Objective: To determine the factors associated with the prevalence of dental caries and decayed, missing, and filled teeth index (DMFT) in adolescents and young adults using logistic and negative binomial regression.
Methods: A cross-sectional epidemiological study was conducted on a sample of 638 subjects 16-25 years of age in San Luis Potosi, Mexico. Binary logistic regression was used to generate a model of the prevalence of caries and negative binomial regression was used to model the caries experience (DMFT index). Clinical examination was carried out by dentists trained in the criteria of caries (WHO). The independent variables were collected using questionnaires. Analyses were performed in Stata.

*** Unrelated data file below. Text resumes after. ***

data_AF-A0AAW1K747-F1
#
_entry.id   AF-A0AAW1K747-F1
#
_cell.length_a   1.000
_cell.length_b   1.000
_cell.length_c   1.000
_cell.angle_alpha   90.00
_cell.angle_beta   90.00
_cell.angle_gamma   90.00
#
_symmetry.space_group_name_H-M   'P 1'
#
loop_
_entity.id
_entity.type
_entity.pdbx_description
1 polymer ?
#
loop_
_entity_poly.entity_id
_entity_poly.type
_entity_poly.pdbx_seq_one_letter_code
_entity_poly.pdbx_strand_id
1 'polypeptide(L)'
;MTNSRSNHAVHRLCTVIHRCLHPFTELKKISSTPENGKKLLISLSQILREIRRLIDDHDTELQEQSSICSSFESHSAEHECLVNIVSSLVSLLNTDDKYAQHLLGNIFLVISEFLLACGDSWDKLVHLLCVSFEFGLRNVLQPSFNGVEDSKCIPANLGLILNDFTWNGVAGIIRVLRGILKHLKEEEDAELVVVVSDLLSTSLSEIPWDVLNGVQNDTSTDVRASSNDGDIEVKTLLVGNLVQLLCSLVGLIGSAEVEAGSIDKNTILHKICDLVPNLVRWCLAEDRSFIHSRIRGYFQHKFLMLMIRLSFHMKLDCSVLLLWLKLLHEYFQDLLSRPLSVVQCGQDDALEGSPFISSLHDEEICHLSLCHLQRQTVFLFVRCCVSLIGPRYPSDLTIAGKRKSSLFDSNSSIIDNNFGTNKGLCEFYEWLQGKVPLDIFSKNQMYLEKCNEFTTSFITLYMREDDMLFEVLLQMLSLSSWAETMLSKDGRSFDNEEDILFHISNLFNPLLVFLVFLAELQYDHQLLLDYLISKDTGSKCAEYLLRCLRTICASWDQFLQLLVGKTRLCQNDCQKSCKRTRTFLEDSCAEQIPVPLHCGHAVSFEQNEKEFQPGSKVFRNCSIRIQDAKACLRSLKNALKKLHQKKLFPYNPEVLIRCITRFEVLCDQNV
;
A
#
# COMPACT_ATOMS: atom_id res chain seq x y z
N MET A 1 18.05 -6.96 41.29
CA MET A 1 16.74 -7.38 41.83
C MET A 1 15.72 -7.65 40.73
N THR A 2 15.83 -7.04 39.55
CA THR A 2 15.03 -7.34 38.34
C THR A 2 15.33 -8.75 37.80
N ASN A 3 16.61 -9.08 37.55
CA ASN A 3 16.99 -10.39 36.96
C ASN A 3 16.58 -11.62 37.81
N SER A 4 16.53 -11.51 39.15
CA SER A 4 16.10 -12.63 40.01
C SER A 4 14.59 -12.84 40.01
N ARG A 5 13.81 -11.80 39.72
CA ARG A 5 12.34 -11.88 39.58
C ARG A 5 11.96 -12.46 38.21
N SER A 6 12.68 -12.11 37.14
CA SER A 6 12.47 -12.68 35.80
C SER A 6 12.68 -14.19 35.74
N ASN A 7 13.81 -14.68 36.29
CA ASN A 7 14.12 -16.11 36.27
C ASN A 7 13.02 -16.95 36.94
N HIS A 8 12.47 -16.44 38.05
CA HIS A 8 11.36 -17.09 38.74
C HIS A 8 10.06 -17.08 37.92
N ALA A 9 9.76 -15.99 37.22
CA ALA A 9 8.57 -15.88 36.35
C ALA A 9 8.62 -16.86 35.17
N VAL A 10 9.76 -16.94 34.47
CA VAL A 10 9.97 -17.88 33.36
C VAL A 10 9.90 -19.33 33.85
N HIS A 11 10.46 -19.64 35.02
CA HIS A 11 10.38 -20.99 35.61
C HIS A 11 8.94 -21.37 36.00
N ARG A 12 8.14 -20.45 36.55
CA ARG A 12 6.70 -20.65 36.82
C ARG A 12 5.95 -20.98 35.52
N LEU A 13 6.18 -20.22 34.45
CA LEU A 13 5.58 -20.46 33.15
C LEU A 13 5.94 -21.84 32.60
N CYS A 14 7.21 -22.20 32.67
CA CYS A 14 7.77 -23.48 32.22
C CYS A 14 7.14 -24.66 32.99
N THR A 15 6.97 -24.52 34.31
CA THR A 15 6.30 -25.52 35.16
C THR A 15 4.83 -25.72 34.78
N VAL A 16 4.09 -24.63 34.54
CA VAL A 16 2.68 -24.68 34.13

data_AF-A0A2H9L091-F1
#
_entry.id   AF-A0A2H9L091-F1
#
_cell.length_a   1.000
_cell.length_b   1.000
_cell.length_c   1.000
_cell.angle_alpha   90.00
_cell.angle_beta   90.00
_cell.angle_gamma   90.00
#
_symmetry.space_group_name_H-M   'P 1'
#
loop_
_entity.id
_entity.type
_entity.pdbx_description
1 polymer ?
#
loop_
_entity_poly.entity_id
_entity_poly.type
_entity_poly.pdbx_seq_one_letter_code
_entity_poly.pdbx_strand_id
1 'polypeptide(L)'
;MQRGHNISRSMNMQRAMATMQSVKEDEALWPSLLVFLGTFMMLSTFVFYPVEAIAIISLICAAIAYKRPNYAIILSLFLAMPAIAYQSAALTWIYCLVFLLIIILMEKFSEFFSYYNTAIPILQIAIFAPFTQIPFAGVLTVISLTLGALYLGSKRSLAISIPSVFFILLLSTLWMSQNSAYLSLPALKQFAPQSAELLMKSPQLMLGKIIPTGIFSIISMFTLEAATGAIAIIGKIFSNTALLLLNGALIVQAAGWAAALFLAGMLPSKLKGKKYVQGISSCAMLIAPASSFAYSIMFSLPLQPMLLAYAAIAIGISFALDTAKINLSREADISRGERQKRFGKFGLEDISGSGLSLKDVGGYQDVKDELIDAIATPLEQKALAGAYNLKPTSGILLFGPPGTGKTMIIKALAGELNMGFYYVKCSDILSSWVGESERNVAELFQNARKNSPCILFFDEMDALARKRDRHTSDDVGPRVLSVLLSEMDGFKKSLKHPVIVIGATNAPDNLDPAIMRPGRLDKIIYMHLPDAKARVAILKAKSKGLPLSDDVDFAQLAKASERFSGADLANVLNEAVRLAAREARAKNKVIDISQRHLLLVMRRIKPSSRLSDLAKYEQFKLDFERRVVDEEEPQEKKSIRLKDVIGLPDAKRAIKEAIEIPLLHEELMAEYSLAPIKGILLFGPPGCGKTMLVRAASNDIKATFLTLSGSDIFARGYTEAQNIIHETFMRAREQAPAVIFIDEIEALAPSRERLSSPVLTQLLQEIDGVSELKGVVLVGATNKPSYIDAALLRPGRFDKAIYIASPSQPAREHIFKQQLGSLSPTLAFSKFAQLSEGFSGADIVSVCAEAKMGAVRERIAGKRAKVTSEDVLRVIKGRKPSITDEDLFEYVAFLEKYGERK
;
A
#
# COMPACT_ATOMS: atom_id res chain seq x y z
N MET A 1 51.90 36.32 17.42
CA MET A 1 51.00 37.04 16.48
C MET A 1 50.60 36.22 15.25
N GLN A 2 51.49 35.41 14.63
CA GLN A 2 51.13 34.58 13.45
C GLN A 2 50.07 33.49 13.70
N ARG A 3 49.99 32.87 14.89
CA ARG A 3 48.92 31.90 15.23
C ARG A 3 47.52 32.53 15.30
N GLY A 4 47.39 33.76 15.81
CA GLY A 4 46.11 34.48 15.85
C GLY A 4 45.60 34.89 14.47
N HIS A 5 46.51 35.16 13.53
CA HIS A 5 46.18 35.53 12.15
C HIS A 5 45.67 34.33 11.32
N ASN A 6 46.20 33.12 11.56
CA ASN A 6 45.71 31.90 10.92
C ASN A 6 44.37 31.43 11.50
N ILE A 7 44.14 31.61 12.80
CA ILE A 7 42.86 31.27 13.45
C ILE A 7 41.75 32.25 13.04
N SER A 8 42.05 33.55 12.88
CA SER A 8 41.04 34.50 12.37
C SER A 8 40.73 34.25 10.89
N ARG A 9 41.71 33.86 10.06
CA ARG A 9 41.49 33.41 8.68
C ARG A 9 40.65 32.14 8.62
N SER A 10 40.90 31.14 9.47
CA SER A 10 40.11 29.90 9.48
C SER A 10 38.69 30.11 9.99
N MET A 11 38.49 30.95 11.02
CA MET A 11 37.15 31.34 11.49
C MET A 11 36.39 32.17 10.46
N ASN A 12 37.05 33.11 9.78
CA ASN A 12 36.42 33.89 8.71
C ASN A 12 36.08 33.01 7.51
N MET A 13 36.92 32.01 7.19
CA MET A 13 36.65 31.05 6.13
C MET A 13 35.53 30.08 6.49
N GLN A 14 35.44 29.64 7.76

Results: In multivariate models, it was observed that lower maternal education (OR = 1.95), dental health services utilization (DHSU) (OR = 2.25) and reporting "good" oral health (OR = 0.34) were associated (p <0.05) with the prevalence of caries (DMFT> 0). For those who experience caries (DMFT), female gender, lower maternal education and DHSU increased the expected mean of DMFT by 26%, 22.4% and 36.7%, respectively. In addition, self-reported "regular" and "good" oral health declined 30.0% and 47.0%, the expected average DMFT.
Conclusions: The variables associated with the prevalence of caries (DMFT> 0) and the DMFT were the same in the models used, except for sex. The mother's schooling proved the existence of certain socioeconomic inequalities in oral health.
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